The Shock Waves Rocking Interpublic

Scandal has scared off clients and endangered its grand strategy

Barely two months after being elevated to chairman and CEO at Interpublic Group of Cos. (IPG ) in January, 2001, advertising veteran John J. Dooner Jr. celebrated by making a blockbuster acquisition. His $2.1 billion deal for True North Communications Inc. (TNO ), parent of mega-agency FCB Worldwide, vaulted IPG into the top rank of global ad concerns. Why bulk up at a time when the economy was softening and IPG was $2 billion in debt following a frenzied acquisition spree? "Great clients, great people, and a shared vision for the future," Dooner declared.

Less than two years later, some of the great clients have fled, hundreds of the great people have been laid off, and an accounting scandal at the flagship McCann-Erickson WorldGroup agency threatens to put Dooner's grand ambitions on hold. With IPG's stock off 20%, to $14, since the accounting irregularities surfaced in August, investors and insiders are asking whether Dooner is doing enough to contain the damage--and whether his grand vision of building a global-advertising supermarket can be realized. Says an exec at one IPG agency: "These people don't know how to manage their business."

Nor, for that matter, do they appear to know how to manage a crisis. Since August, Dooner has been forced to restate earnings three times as more accounting problems have been uncovered. The steady trickle of unwelcome news has trashed Dooner's credibility. The latest example: In mid-November, Dooner announced that earnings going back to 1997 would have to be restated to the tune of $181.3 million, up from earlier estimates of $68.5 million. The Securities & Exchange Commission has also launched an informal probe into the numbers. Even more worrisome, with $44 million of the restatement stemming from other subsidiaries, the company has for the first time conceded that the accounting woes went beyond McCann. "If they didn't have formal processes to handle this issue at McCann," says David Doft, executive director of equity research at CIBC World Markets, "who's to say they have them to handle other issues?"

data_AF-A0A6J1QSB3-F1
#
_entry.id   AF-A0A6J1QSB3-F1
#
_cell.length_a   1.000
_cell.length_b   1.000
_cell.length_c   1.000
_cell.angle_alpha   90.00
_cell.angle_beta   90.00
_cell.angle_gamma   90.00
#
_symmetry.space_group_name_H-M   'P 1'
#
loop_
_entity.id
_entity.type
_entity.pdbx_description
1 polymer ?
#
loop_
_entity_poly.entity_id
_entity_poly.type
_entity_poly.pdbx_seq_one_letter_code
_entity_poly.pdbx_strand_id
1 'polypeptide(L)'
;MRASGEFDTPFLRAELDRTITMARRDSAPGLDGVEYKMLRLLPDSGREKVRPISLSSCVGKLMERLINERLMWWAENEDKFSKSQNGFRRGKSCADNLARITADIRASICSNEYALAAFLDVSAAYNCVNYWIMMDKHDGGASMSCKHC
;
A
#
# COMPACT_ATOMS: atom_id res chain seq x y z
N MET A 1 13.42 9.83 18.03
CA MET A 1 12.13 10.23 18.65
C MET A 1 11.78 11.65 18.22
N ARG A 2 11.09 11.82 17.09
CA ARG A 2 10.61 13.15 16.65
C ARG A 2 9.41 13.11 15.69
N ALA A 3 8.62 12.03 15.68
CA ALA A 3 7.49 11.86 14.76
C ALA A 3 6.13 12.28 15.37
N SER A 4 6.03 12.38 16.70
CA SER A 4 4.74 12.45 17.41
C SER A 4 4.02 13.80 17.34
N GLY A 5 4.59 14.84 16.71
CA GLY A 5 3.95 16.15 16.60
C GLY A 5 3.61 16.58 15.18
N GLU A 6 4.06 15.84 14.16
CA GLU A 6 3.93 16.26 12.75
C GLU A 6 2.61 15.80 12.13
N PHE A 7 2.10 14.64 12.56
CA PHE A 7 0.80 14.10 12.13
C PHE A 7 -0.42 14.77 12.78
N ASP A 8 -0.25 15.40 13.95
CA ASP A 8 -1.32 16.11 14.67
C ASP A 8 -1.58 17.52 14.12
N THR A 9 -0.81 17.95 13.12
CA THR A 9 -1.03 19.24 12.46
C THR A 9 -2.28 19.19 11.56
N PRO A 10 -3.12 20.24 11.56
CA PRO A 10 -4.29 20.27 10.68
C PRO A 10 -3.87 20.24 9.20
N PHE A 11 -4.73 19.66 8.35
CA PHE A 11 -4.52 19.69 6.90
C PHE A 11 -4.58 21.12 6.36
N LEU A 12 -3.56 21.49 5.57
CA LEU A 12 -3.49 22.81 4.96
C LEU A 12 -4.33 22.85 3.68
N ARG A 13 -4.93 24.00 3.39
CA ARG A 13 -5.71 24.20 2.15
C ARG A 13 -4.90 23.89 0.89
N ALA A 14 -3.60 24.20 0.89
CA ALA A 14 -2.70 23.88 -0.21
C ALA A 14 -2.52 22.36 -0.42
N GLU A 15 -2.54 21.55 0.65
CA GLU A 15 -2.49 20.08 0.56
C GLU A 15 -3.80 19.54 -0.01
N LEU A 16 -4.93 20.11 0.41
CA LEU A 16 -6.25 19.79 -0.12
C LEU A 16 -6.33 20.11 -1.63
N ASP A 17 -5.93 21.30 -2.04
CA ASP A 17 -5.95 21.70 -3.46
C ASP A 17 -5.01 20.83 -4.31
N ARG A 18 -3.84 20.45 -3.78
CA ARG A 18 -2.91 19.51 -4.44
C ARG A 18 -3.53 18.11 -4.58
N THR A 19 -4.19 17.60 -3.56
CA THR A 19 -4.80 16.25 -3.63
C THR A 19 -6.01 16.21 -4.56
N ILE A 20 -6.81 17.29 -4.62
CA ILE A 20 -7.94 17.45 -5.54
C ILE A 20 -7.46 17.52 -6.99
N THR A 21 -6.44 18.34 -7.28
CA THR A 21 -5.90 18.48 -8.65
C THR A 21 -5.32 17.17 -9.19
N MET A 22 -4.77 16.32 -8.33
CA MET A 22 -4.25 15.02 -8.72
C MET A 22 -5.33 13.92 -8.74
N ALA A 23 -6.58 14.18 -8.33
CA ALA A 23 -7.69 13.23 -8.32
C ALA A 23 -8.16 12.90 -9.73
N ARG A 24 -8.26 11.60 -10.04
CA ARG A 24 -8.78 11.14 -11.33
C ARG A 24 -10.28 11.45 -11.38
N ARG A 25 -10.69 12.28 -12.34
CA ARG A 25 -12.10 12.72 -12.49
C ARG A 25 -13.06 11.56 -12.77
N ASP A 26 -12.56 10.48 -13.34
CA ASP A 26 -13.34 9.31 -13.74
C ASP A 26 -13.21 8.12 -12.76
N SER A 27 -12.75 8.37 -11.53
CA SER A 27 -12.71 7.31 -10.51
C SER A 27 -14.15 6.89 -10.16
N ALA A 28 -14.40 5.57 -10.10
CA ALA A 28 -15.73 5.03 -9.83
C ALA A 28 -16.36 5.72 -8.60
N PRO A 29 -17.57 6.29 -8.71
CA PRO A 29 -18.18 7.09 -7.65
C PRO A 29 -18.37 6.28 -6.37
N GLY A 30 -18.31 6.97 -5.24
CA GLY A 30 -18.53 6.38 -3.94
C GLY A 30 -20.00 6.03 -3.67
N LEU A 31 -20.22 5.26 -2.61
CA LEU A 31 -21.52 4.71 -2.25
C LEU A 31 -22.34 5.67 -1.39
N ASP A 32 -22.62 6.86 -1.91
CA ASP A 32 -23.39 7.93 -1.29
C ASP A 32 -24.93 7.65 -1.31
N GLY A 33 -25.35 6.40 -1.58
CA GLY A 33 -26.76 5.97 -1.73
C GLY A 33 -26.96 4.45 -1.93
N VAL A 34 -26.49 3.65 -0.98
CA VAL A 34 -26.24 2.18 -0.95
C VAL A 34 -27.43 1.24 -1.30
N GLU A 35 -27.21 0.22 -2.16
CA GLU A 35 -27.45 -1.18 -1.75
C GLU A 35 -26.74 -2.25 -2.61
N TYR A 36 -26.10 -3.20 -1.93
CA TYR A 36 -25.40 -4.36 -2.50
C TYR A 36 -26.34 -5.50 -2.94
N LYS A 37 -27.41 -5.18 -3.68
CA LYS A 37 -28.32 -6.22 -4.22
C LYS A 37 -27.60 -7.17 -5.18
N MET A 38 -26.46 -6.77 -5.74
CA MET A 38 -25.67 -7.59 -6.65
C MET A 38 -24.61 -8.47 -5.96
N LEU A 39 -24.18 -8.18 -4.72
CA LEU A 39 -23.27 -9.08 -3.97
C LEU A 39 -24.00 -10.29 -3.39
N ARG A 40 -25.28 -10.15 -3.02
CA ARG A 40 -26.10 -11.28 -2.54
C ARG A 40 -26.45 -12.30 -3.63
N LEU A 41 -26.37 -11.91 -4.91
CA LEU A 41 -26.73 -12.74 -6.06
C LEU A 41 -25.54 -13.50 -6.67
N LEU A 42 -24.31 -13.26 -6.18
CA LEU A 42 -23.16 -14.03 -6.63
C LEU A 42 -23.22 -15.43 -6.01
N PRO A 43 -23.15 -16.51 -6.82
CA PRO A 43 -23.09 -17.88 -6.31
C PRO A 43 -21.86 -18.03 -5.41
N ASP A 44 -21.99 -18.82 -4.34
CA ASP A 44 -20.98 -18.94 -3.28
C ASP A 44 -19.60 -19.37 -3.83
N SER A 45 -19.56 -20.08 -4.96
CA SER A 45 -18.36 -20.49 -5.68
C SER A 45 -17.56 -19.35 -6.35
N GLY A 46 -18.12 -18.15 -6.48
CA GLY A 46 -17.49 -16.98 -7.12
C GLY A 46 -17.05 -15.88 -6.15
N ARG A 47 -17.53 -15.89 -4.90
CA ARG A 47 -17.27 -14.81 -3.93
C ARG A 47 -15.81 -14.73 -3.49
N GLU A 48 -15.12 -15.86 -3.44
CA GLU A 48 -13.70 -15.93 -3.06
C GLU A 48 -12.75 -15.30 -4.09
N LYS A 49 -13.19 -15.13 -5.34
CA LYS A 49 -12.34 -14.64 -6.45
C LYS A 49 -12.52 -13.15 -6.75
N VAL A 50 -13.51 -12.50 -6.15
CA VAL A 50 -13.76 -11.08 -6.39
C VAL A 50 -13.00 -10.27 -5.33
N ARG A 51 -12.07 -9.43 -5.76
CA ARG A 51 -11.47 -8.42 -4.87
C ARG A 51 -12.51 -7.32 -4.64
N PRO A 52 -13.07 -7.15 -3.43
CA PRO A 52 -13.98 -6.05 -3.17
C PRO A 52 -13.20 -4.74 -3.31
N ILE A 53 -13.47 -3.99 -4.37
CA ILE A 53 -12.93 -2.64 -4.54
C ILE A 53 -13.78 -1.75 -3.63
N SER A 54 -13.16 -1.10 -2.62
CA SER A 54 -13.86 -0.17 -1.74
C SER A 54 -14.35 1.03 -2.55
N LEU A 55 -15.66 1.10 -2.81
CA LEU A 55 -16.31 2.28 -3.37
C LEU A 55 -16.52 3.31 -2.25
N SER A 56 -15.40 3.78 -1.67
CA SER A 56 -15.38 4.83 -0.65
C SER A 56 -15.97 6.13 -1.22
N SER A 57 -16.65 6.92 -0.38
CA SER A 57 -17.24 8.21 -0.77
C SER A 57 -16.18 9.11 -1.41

A chastened Dooner is scrambling to reassure investors. He has slowed the pace of acquisitions and dismissed about a dozen senior execs. And he's looking for a chief operating officer to oversee global operations. That's crucial to buttressing adept rainmaker Dooner in an area where he's weak, says Greg Jackson, portfolio manager at Oakmark Global Fund, which owns 750,000 IPG shares. Clearly, it's an area where IPG needs work: The company says the accounting troubles occurred because different offices simultaneously booked the same earnings.

Beyond that, Dooner & Co. must quickly get their financial house in order. To bring costs down, more staff cuts are coming, and redundant offices likely will be closed. Investors will also be watching to see how the company deals with nearly $578 million in debt that matures in December, 2003. While IPG hopes to reschedule the loans by mid-January, lenders could impose higher interest rates on any new loans, as well as restrictions on acquisitions, capital expenditures, and dividend payouts. Meantime, IPG's debt rating is hovering near junk.

The mishaps have also raised questions about whether Dooner's strategy to become a global-marketing supermarket is working. For now, industry observers say it still makes sense because clients want a range of services on an international scale. The problem is that IPG has been unable to digest the acquisitions or squeeze out synergies. Moreover, like its rivals, IPG ventured into areas it didn't understand, including the money-losing London-based sports management agency, Octagon. If it doesn't get more adept at managing its many units soon, pressures to slim down will increase.

Dooner's job seems safe for now. IPG recently won some big new clients, including Bank of America. And investors don't entirely blame him. "Most of what he's dealing with are legacy issues," says Jackson. But if he doesn't start to rebuild his credibility--and the company's--soon, that could change, too.

By Gerry Khermouch in New York

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